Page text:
For £10 you can't go wrong with this for storing small media files like photos, MP3 files and video clips. It's a convenient way to transfer things between computers and is a great addition to have if you've only got small storage capabilites on a netbook or laptop.
I bought my HP Flash Drive from a local retailer and was originally very happy with it. First of all, it looks a lot cooler than most other flash drives - it is actually similar in appearance to one of the more recent generations of iPod shuffle (well the back of one, anyway) as it is slim and has a metal casing - it is a shame that the bit you can use to clip it to your keys is not also metal.
There is no lid with this device, but that's because the USB head retracts to inside the memory stick. This is quite a nice idea as it gives you less to lose, but I worry about fluff getting into the head when it is not in use.
The transfer speeds are pretty nippy, which makes it great for pillaging your mates music and film collections. With this size capacity you can hold around 1,000 songs or 5 .avi movie files, or 2-4 DVD rips.
I paid £14 for 4GB, and whilst this isn't as cheap as online, I needed it on the spot. I considered that whilst it wasn't the cheapest, it would be good quality - HP is a name that I generally trust, I have had HP computers in the past and they have faired reasonably well. However about two/three weeks after buying it it stopped working. As far as I know I didn't have any corrupt files or viruses, but one day I plugged it in and was informed the flash drive was corrupted. I couldn't seem to restore it and I lost the work I had put on there - to much annoyance.
I returned it and got a new one, which in fairness has been working fine for the last couple of months. So whilst I should probably just consider myself unlucky with the first drive, it may be worth bearing in mind if you are considering buying from somewhere with a poor returns policy.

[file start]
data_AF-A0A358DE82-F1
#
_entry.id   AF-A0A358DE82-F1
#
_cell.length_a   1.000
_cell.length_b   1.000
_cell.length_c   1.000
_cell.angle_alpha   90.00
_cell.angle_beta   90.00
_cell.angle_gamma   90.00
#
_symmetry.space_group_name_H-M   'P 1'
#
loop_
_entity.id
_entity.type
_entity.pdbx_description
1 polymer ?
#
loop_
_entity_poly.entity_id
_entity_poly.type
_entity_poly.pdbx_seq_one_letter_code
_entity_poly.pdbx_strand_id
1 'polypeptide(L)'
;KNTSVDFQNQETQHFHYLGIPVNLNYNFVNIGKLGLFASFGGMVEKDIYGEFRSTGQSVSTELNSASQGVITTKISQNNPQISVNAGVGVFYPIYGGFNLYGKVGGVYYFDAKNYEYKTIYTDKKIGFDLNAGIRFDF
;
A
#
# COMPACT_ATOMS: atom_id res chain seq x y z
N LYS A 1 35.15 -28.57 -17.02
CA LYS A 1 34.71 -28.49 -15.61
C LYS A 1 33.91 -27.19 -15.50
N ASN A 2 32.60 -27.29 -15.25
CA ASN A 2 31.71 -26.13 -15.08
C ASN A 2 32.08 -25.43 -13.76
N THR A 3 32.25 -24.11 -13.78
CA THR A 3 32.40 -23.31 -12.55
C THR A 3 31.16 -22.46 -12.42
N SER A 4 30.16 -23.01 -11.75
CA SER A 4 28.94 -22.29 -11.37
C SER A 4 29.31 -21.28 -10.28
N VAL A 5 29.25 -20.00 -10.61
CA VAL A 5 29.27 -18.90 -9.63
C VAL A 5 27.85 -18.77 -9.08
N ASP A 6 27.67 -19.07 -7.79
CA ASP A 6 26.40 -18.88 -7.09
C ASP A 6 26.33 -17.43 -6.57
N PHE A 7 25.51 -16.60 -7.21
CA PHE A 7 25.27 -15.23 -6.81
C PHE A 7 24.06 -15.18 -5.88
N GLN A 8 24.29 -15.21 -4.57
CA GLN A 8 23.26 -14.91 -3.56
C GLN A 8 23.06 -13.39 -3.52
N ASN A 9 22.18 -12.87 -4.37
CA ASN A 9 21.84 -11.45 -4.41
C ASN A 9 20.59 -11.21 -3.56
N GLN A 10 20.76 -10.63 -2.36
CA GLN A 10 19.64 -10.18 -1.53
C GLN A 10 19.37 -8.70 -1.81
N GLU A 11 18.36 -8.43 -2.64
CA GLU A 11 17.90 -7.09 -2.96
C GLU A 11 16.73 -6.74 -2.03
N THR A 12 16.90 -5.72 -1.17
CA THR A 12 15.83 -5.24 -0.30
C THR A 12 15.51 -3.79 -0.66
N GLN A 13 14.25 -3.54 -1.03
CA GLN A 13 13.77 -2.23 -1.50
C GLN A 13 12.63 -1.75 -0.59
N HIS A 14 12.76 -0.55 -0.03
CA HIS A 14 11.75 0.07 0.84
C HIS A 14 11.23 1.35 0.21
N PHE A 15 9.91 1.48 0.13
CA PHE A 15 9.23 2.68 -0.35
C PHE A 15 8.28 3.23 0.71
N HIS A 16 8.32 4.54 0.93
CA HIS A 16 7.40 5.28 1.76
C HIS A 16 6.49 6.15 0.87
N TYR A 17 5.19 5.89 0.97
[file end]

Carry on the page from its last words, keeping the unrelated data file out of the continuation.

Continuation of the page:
Since files over 4gb are difficult to transfer anyway, and require an awful lot of jiggery pokery with the flash drive you're using, that is, converting it from FAT to NTFS and back again and having to mount isos to make things smaller, for most people, who just want to transfer files, programs and the occasional small PC game, this flash disk is absolutely ideal.
It's high-speed USB which is great for the price, and has about as big a disk capacity as I can see anyone other than a high-powered business person or multi-platforming hardcore pirate-gamer ever needing to use.
The design is really cool and sleek and original, with its rather sexy fusion of plastic and metal. You can also slide the USB connector inside the device when you aren't using it, so there's no need for anxiety about losing the top of the flash disk, and also, it looks and feels really nice.
It's very light, but with the compound that the casing is made of, it's still quite robust, and you don't need to worry about snapping it in your pocket so long as you've fully retracted the connector, which arguably, isn't metal-cased so is just that little bit flimsy.
It's very small though, considering the capacity of the disk itself, but not all that easy to misplace, thankfully, given the bright colour and shine that for me, has remained since I first bought it. It also slips well onto a keyring which is really helpful, and the handy short shape of it means you don't need to remove it from a keyring to insert it into a USB slot.